wrong with your feet.
click here for the
Shoes are bad for you.
Here's why. (link goes to the now-famous New York Magazine article of April 21, 2008)
Have you read the New York Magazine article yet? Good. Now you know the basics.
The main problem is this: your feet were designed to give you feedback from the ground. Shoes isolate you from that feedback. Shoes disable the ability of your feet to flex, to adjust, to balance your body, to move and to feel.
Shoes turn your feet into prosthetic devices.
The more "structured" and cushioned the shoe, the worse the problem. Your feet keep hitting harder and harder, trying to "find" the ground (it must be down there somewhere) and as a result we have all developed a very hard heel-strike method of walking and running. It's unnatural, perverse, unhealthy, and it causes injury, chronic pain, and tremendous wear and tear on the feet, knees, hips and spine.
Get rid of the shoes, and suddenly your feet work the way they were designed to work.
But in today's modern world, it's not practical to walk around barefoot, especially in urban environments. So I have been experimenting with various kinds of "nearly barefoot" shoes.
Basically, if you follow this path, you'll eventually be wearing Vibram "FiveFinger" shoes (pictured to the left.) I'm not saying you should start out with them, I'm just saying you'll end up with them. You may do best by getting into this gradually, as I did, starting with moccasins and "water" shoes (also called River Shoes, Aqua Socks, or Beach shoes.)
Unless you live in a very temperate climate, you'll want to get your FiveFinger shoes big enough to wear them with "toe-socks" for warmth. Socks also add just a bit of cushion and extra comfort, and I wear them with my FiveFingers all the time, even in the summer. It's simply more comfortable that way. Injinji is the go-to company for toe-socks. SmartWool now makes them, too. Both companies make an excellent sock.
For your first pair of FiveFinger shoes, I recommend the "TrekSport" version. They are a little bit more padded in the heel area, and more comfortable than other versions, with an excellent fit, although they run just a touch smaller in the sizing so beware; try them on before you buy. The sole has excellent grip for hiking and trail running, with Vibram's thicker midsole for a bit of extra insulation for cooler weather and cushion for those of us who spend a good deal of time walking on concrete sidewalks.
If you would rather lean toward less padding and get the most "barefoot" version for your first pair, consider the Speed, which is also renowned for being among the most comfortable FiveFinger shoes.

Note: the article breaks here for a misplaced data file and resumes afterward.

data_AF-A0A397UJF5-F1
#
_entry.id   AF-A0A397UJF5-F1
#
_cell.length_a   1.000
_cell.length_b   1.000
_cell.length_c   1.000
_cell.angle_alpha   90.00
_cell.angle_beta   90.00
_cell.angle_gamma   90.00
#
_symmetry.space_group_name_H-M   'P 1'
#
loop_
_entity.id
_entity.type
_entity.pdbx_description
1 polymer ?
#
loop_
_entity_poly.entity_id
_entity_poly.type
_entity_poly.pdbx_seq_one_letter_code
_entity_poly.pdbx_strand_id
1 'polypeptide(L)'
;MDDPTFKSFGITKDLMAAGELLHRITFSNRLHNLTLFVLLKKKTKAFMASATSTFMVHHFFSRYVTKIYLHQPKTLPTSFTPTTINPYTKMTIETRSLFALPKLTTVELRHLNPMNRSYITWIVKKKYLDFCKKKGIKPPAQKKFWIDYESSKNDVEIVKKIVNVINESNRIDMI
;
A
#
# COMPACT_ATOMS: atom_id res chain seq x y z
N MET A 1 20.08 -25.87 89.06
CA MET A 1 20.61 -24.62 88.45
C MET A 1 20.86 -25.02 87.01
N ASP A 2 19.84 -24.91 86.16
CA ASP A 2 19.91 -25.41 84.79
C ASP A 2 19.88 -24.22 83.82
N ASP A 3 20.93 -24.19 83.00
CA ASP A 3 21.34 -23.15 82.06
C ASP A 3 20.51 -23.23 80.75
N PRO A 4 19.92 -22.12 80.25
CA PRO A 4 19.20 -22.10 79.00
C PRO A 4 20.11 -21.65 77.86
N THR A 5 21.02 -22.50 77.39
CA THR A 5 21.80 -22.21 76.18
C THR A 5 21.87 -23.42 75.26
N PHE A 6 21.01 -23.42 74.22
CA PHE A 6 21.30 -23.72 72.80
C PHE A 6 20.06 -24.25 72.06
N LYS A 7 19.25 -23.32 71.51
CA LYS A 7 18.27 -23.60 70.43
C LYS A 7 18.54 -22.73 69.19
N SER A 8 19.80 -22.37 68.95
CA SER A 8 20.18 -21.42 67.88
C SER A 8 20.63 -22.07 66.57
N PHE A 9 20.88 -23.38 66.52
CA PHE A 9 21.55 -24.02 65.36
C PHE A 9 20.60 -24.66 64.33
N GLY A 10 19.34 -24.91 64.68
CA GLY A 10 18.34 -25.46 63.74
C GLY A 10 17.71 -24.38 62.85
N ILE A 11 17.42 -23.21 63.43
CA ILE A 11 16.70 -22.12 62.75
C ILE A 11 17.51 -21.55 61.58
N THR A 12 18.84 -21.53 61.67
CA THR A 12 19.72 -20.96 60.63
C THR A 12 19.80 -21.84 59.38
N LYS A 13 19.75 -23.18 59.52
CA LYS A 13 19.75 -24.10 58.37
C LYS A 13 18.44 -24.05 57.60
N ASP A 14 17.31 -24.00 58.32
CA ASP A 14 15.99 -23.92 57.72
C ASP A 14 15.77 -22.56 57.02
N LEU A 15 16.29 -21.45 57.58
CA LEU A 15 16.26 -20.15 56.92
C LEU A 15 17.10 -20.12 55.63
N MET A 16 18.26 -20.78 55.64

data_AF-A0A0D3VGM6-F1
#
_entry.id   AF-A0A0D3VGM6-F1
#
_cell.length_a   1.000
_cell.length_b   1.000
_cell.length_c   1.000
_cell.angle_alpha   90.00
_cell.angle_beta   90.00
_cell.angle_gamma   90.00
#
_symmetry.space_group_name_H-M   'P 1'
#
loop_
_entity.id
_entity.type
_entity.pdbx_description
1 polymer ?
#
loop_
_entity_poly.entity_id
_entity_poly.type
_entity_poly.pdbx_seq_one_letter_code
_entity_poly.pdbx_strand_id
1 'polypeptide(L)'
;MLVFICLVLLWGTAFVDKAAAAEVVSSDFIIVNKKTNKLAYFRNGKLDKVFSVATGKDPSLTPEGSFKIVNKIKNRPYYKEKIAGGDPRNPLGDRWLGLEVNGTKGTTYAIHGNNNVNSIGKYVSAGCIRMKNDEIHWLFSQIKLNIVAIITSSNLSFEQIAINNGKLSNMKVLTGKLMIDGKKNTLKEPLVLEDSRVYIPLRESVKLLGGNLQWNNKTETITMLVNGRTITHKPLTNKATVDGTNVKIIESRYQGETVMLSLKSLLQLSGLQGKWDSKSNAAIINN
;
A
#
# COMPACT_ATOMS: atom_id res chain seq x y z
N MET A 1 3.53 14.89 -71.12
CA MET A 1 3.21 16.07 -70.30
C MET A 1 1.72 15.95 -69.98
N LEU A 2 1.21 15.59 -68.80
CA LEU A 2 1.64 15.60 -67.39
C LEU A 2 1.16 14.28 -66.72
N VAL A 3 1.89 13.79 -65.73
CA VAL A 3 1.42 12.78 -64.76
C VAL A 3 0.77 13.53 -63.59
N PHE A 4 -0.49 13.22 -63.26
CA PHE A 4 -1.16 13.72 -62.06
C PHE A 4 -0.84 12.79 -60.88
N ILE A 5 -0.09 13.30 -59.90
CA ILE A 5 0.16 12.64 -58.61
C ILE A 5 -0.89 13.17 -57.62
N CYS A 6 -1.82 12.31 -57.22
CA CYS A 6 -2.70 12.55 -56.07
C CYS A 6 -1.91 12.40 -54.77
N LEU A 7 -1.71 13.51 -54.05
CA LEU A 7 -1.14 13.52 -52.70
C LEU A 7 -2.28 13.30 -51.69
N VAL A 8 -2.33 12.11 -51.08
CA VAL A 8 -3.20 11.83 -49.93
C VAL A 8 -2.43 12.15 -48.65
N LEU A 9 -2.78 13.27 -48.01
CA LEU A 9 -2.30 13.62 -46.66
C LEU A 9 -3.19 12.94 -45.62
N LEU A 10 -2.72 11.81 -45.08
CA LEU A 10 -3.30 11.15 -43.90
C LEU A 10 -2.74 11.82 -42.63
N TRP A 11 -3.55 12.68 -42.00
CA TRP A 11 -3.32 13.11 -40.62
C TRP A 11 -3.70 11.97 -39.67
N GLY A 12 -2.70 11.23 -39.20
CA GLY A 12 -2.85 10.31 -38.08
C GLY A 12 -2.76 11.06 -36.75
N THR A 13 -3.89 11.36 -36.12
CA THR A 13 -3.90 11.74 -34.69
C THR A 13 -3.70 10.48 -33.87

Check out the Chia Lime drink and Pinole recipes in the right hand sidebar.
update, May 5, 2013:
A couple of new approaches to minimalist foot wear: Barefoot Running Sandals and Leming™ Footwear.
Also, SmartWool is now making excellent five-toe socks.
Hiking in FiveFinger shoes is great, even with a loaded pack -- provided you have done at least some training to strengthen your calves and feet. However, FiveFinger shoes aren't the best in heavy brush, off-trail bushwacking, wet conditions, and cold weather. Boots are better for that, but if you have been wearing minimalist shoes for a while, boots are almost always way too heavy, stiff, restrictive, isolating and uncomfortable. If only someone made decent "minimalist" boots. And behold: Lems Boulder, the "Barefoot" Boot and also the Belleville's "Mini-Mil" Minimalist Combat Boot.
Something that I find interesting in current discussion among medical professionals: when someone suffers chronic sports injuries wearing "modern" footwear, it is either their own fault, or it is because they have a faulty body. When someone gets a sports injury wearing minimalist footwear, it is all the fault of the minimalist footwear!
update: February 11, 2012:
Injinji, who makes wonderful toe socks for wearing with FiveFinger shoes, has just discontinued their "Over The Calf" NuWool socks. I am bereft, I am despondent, I am discombobulated, bugged and crestfallen; those socks were the only thing standing between me and miserable, arctic Montana winter weather. They made the difference between being able to wear the Bormio FiveFinger boot in genuinely cold weather, and being forced to go "MonoFoot" again. What a bummer.
update: October 24, 2011:
I do a review of the Vibram FiveFinger Bormio men's boot. Finally, FiveFingers for Winter.
update, May 12, 2011:
Vibram FiveFingers announces new models for fall 2011: some genuinely warm insulated winter boots -- though only for women, some "dressy" models, some with laces, several with some real style. There's a men's zippered boot that is useful for cold weather, as it has leather instead of nylon between the toes. And the Speed, very popular in Europe, will finally come to the US. Here's several new models in some nice closeups.
By the way, be very careful when looking for Vibram FiveFinger Shoes shoes on the net; counterfeit sites are proliferating. Many of them will simply take your money and then evaporate. Others will sell you cheap, useless Chinese knock-offs. While most of the counterfeit websites can look superficially legitimate, look a little closer and you'll spot the misspellings, the jumbled syntax, models and colors that aren't real, and a great opportunity for you to be ripped off.
Back to some new cool shoes: Fila jumps on the bandwagon with some nearly-five-toes shoes; their Skeletoes is a bit softer and more casual than Vibram, more of a comfort / walking shoe. Teva FINALLY makes a minimalist sandal for hot weather: the "Zilch."